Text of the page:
The players’ characters are pilgrims, remarkable children who live at the Temple under the tutelage of the monks. One day, all pilgrims face graduation day. Their pilgrimages have an end date, and after that they are pilgrims no more. Instead, they become monks who tutor pilgrims or else they depart the Temple to live among the worlds of Do. Regardless, they are player characters no longer.

About Pilgrims

Pilgrims are made pretty much like any FAE character. They have aspects, stunts, and approaches, but the aspects work a little differently. Every pilgrim’s name has two parts: a banner and an avatar. The former is “an adjective or verb that represents how your pilgrim gets into trouble.” The latter is “a noun that reflects how your pilgrims helps people.” Three sample characters are included in the book, and chapter two goes into admirable detail about banners and avatars. In normal FAE-speak, a pilgrim’s banner is his trouble, and his avatar is his high concept. Every pilgrim also has a dragon aspect. This aspect describes something about the newly hatched dragon that the pilgrims must protect, guide, and raise. The players, through the dragon aspects of their characters, create the personality, appearance, abilities, et cetera of the young dragon.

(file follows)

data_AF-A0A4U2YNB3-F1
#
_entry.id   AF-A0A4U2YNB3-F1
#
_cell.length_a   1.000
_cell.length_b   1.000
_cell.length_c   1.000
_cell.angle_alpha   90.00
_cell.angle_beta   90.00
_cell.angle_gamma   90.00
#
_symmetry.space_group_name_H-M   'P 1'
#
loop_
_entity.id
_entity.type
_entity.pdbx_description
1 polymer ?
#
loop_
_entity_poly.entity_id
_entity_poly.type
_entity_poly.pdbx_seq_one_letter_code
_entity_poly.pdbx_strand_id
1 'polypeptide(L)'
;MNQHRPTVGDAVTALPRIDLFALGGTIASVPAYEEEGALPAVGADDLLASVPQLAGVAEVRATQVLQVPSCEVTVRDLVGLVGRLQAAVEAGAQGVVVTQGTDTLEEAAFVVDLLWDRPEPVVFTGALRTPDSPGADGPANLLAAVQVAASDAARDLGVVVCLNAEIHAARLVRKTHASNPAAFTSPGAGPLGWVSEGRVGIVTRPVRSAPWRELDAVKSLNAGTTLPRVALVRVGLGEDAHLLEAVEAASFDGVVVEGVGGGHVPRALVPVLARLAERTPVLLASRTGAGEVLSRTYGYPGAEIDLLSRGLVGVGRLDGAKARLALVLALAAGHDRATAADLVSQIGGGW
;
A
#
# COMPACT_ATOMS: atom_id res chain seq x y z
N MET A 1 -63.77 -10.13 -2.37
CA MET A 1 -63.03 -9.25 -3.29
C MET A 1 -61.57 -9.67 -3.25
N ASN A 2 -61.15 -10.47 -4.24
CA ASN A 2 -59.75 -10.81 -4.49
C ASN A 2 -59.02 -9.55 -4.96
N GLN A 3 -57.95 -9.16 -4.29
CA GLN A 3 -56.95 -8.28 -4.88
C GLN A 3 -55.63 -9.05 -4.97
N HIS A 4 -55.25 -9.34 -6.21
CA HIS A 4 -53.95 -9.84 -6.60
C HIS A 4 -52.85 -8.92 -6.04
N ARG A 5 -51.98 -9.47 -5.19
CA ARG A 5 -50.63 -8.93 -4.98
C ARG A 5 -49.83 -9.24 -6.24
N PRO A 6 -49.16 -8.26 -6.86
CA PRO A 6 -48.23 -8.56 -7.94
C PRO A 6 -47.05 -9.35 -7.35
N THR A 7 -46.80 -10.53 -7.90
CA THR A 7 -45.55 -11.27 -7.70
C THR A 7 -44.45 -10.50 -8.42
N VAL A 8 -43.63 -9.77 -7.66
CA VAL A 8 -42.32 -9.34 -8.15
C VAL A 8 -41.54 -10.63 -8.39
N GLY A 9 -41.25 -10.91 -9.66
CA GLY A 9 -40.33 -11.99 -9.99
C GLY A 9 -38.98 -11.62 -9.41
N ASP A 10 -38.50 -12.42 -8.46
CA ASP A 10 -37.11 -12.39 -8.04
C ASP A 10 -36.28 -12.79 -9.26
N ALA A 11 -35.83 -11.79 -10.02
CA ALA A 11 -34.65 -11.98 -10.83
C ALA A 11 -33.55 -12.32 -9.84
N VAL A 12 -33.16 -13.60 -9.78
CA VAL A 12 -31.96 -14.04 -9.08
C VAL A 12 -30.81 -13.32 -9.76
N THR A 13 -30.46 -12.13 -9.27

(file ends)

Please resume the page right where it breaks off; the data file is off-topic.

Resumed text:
In simplest terms, the dragon is a non-player character controlled by the GM, given qualities by the players, a collection of aspects usable by all of the players and the GM, and, therefore, a source of both strengths and troubles. In my opinion, the dragon is the cleverest piece of Do. It’s something that is so simple that I wonder why I didn’t think of it.

The Temple Is Missing!

If you choose to run a Do campaign, it begins when the pilgrims return from a mission to discover that Temple is missing and, in its place, is a dragon egg. Where is the Temple? Where did this egg come from? What is the nature of the dragon within? All of the questions are answered during play as a sort of metaplot that moves toward a defined end of the campaign. As the game progresses and pilgrims answer letters (more on that below) and gradually solve the mystery of the Temple, the dragon gains more aspects. At the end of each letter (read: adventure), the dragon learns something new. It gains a new aspect. When the dragon gains its tenth aspect, the campaign draws to a close.